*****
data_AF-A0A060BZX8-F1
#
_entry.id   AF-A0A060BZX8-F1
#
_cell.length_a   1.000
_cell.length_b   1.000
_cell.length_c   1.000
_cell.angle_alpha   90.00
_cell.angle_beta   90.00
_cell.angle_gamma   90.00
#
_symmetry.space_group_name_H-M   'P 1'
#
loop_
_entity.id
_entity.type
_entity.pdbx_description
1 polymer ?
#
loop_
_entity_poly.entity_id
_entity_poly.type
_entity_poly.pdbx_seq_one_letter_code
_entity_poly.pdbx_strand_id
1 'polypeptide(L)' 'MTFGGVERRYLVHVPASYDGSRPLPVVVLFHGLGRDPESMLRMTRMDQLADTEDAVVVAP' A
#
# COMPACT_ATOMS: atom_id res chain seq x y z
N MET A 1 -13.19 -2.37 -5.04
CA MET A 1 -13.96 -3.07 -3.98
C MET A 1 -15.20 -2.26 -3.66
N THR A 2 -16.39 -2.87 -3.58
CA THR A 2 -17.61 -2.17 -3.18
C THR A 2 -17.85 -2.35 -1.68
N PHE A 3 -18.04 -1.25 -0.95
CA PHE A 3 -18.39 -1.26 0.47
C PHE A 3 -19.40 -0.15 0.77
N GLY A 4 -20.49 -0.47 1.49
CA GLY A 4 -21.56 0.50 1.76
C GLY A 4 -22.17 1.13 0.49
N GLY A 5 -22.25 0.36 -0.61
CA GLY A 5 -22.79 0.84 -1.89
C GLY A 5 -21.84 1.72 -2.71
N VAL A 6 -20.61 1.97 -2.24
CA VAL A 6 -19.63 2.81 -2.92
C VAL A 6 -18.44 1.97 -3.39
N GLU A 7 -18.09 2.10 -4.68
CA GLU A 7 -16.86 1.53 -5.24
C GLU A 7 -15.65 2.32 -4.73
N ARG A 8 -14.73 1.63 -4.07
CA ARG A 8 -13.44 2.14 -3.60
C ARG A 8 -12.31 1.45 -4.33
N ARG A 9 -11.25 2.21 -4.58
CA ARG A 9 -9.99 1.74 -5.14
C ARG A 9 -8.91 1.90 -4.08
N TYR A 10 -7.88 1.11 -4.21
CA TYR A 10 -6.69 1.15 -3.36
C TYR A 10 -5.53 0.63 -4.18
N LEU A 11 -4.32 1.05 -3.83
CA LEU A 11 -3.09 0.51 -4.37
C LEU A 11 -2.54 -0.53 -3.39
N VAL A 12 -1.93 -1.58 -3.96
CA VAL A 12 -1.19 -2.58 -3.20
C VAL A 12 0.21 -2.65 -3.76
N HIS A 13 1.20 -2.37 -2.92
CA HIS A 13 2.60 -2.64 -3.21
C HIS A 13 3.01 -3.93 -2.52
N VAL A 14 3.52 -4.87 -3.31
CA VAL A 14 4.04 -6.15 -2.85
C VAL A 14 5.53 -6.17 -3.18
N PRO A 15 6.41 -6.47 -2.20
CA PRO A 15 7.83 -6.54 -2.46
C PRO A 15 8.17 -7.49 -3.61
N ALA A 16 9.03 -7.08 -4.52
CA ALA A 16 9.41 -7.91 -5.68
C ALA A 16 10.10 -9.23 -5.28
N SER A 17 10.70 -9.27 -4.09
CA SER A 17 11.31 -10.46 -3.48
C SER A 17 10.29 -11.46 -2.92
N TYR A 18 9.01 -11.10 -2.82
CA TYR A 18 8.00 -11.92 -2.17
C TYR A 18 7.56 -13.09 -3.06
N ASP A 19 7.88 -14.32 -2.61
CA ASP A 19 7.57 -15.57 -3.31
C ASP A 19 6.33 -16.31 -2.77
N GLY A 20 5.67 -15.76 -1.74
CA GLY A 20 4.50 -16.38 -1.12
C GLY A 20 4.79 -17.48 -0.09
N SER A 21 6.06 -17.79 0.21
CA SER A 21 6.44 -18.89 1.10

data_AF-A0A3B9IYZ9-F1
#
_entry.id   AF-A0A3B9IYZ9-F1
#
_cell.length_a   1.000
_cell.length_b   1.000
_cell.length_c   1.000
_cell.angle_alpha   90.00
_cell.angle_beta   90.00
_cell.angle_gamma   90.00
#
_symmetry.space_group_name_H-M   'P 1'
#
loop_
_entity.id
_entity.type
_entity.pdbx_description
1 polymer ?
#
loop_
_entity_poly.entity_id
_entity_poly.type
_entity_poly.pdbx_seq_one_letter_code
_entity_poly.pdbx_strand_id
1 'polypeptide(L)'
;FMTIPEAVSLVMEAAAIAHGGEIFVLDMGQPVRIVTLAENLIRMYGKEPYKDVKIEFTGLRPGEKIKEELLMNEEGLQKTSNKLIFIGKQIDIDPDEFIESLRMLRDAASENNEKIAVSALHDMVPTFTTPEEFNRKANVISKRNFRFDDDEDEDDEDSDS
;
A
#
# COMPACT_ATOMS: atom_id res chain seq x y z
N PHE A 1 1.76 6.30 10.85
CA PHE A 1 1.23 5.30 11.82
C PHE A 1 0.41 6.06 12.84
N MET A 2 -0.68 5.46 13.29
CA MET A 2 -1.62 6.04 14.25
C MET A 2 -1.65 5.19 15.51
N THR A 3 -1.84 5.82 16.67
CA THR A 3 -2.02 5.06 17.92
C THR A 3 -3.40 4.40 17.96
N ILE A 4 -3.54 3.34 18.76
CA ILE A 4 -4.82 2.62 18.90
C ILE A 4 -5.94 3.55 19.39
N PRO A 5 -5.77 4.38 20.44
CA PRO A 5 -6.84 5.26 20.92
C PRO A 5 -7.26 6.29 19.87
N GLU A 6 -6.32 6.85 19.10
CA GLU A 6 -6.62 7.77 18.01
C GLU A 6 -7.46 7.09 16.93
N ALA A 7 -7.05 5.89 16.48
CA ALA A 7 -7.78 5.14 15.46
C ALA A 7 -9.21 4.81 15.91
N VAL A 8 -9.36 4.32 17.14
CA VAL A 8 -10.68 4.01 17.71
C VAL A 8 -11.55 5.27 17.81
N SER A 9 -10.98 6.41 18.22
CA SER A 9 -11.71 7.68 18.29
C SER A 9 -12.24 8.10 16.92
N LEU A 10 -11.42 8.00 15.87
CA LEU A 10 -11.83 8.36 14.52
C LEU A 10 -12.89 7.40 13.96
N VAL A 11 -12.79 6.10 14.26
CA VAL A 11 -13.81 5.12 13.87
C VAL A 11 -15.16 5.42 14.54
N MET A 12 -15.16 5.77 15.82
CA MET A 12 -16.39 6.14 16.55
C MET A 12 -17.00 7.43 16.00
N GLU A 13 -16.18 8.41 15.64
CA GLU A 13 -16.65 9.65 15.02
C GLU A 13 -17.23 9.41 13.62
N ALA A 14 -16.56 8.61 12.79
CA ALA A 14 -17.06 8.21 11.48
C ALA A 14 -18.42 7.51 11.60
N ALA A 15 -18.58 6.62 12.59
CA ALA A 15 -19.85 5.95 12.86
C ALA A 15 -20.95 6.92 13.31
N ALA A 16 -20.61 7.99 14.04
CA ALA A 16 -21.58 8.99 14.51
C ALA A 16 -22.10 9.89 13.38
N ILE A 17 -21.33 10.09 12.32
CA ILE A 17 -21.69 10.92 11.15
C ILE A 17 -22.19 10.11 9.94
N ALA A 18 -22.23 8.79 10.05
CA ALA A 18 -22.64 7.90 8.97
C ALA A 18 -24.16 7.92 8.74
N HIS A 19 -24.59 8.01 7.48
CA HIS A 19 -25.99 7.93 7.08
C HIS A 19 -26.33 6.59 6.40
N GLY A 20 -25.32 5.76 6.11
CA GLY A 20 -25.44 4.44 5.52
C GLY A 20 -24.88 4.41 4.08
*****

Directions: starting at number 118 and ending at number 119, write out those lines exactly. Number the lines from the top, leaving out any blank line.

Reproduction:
#
# COMPACT_ATOMS: atom_id res chain seq x y z